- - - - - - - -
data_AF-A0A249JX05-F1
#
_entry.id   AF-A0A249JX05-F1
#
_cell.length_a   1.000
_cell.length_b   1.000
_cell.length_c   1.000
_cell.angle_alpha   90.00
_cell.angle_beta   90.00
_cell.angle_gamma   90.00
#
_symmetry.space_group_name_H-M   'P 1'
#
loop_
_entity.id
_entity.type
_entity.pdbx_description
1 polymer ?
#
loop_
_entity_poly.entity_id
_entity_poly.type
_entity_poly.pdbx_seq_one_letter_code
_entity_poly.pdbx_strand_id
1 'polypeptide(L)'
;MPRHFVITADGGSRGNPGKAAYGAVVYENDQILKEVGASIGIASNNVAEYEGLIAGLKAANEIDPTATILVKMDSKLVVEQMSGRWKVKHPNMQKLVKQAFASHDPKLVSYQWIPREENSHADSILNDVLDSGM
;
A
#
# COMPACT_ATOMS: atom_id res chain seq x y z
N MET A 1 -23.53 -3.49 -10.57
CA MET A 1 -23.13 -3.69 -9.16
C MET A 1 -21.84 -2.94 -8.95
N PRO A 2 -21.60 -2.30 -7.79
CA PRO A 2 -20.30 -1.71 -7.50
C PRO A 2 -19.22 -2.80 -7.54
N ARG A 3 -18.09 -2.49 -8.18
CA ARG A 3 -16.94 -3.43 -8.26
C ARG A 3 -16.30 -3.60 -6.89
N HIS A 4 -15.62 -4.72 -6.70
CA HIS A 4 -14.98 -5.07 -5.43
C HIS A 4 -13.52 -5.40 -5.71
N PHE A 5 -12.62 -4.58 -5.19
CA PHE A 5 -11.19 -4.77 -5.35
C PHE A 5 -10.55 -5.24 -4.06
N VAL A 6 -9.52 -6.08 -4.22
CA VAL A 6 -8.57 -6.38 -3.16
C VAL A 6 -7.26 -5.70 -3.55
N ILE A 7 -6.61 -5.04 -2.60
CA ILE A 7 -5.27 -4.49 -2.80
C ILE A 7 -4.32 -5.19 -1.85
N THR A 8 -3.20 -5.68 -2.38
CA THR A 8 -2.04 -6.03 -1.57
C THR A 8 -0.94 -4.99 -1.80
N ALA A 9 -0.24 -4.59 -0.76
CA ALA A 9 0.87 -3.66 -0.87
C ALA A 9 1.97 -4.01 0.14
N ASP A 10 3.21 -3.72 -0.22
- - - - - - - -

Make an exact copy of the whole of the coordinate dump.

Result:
data_AF-A0A249JX05-F1
#
_entry.id   AF-A0A249JX05-F1
#
_cell.length_a   1.000
_cell.length_b   1.000
_cell.length_c   1.000
_cell.angle_alpha   90.00
_cell.angle_beta   90.00
_cell.angle_gamma   90.00
#
_symmetry.space_group_name_H-M   'P 1'
#
loop_
_entity.id
_entity.type
_entity.pdbx_description
1 polymer ?
#
loop_
_entity_poly.entity_id
_entity_poly.type
_entity_poly.pdbx_seq_one_letter_code
_entity_poly.pdbx_strand_id
1 'polypeptide(L)'
;MPRHFVITADGGSRGNPGKAAYGAVVYENDQILKEVGASIGIASNNVAEYEGLIAGLKAANEIDPTATILVKMDSKLVVEQMSGRWKVKHPNMQKLVKQAFASHDPKLVSYQWIPREENSHADSILNDVLDSGM
;
A
#
# COMPACT_ATOMS: atom_id res chain seq x y z
N MET A 1 -23.53 -3.49 -10.57
CA MET A 1 -23.13 -3.69 -9.16
C MET A 1 -21.84 -2.94 -8.95
N PRO A 2 -21.60 -2.30 -7.79
CA PRO A 2 -20.30 -1.71 -7.50
C PRO A 2 -19.22 -2.80 -7.54
N ARG A 3 -18.09 -2.49 -8.18
CA ARG A 3 -16.94 -3.43 -8.26
C ARG A 3 -16.30 -3.60 -6.89
N HIS A 4 -15.62 -4.72 -6.70
CA HIS A 4 -14.98 -5.07 -5.43
C HIS A 4 -13.52 -5.40 -5.71
N PHE A 5 -12.62 -4.58 -5.19
CA PHE A 5 -11.19 -4.77 -5.35
C PHE A 5 -10.55 -5.24 -4.06
N VAL A 6 -9.52 -6.08 -4.22
CA VAL A 6 -8.57 -6.38 -3.16
C VAL A 6 -7.26 -5.70 -3.55
N ILE A 7 -6.61 -5.04 -2.60
CA ILE A 7 -5.27 -4.49 -2.80
C ILE A 7 -4.32 -5.19 -1.85
N THR A 8 -3.20 -5.68 -2.38
CA THR A 8 -2.04 -6.03 -1.57
C THR A 8 -0.94 -4.99 -1.80
N ALA A 9 -0.24 -4.59 -0.76
CA ALA A 9 0.87 -3.66 -0.87
C ALA A 9 1.97 -4.01 0.14
N ASP A 10 3.21 -3.72 -0.22